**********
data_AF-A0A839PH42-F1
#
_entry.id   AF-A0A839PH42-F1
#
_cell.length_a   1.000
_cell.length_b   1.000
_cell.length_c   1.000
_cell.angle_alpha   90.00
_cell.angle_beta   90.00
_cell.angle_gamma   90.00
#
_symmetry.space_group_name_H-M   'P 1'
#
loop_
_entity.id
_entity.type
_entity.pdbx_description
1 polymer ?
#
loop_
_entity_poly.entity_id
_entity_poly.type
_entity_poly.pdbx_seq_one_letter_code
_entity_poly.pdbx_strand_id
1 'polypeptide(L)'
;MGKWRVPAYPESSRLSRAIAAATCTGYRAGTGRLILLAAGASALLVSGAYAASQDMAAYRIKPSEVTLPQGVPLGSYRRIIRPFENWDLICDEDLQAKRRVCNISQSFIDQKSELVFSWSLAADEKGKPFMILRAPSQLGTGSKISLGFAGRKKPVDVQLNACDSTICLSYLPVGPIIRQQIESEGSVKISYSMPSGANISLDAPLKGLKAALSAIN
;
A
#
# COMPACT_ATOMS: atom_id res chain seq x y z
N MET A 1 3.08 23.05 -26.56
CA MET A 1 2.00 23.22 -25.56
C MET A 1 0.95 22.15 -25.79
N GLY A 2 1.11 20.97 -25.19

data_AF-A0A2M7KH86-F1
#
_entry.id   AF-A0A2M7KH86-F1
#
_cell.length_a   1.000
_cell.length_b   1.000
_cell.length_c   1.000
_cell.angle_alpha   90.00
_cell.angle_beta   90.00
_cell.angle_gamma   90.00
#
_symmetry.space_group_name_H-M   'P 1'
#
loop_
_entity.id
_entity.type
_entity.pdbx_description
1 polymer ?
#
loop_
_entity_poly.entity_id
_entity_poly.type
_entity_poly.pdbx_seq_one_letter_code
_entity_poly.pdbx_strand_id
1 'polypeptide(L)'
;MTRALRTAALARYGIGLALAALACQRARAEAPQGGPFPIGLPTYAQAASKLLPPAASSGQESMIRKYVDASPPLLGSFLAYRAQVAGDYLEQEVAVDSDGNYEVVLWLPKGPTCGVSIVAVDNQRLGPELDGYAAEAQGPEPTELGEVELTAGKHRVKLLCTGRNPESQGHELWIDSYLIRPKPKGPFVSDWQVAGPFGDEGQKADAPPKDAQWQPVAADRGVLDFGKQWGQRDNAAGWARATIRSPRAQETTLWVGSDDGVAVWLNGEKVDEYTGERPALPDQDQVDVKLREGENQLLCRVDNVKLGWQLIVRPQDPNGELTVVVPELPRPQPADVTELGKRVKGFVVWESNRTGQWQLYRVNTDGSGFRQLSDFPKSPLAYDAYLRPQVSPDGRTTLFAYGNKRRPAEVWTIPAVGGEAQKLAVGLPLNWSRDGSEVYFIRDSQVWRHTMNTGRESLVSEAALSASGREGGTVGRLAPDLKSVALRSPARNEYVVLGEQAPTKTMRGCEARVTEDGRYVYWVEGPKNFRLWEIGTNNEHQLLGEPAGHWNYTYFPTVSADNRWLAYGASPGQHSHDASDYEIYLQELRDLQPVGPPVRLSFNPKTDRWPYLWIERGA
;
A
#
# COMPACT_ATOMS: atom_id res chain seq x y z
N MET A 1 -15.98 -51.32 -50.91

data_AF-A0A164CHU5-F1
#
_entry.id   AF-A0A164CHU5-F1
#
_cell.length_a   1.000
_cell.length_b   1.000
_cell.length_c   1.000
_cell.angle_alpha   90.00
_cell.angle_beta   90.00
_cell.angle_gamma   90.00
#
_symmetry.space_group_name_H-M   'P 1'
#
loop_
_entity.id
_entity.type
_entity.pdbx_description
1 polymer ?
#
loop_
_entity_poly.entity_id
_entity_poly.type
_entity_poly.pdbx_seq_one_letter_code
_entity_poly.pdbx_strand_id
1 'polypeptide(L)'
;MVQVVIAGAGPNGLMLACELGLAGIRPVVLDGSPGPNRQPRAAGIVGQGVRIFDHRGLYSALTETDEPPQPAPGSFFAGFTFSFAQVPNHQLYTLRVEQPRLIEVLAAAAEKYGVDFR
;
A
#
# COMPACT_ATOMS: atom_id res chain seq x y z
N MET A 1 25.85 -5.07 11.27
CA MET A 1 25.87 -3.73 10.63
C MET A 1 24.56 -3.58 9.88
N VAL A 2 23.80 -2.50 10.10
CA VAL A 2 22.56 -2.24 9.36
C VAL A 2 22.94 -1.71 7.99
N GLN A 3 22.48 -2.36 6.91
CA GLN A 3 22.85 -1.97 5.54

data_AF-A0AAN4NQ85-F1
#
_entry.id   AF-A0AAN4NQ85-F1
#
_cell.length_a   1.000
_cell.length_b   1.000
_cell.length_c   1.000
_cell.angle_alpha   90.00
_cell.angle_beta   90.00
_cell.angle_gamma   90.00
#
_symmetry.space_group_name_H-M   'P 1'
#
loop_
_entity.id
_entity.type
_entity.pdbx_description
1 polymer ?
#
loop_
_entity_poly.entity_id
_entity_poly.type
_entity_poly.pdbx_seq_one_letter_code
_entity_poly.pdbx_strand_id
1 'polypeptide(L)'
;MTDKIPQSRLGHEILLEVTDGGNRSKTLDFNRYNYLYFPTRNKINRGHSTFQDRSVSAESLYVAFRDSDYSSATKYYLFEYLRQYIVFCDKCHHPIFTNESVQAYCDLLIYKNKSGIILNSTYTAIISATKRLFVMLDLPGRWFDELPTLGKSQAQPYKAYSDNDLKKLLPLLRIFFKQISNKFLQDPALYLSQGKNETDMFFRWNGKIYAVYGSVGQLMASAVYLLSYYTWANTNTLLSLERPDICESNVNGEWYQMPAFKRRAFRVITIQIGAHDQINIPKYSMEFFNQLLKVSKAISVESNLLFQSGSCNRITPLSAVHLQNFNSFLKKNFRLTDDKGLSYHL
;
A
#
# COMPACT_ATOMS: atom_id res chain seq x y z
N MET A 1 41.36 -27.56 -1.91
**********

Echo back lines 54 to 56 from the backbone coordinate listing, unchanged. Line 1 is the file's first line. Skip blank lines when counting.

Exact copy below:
loop_
_entity_poly.entity_id
_entity_poly.type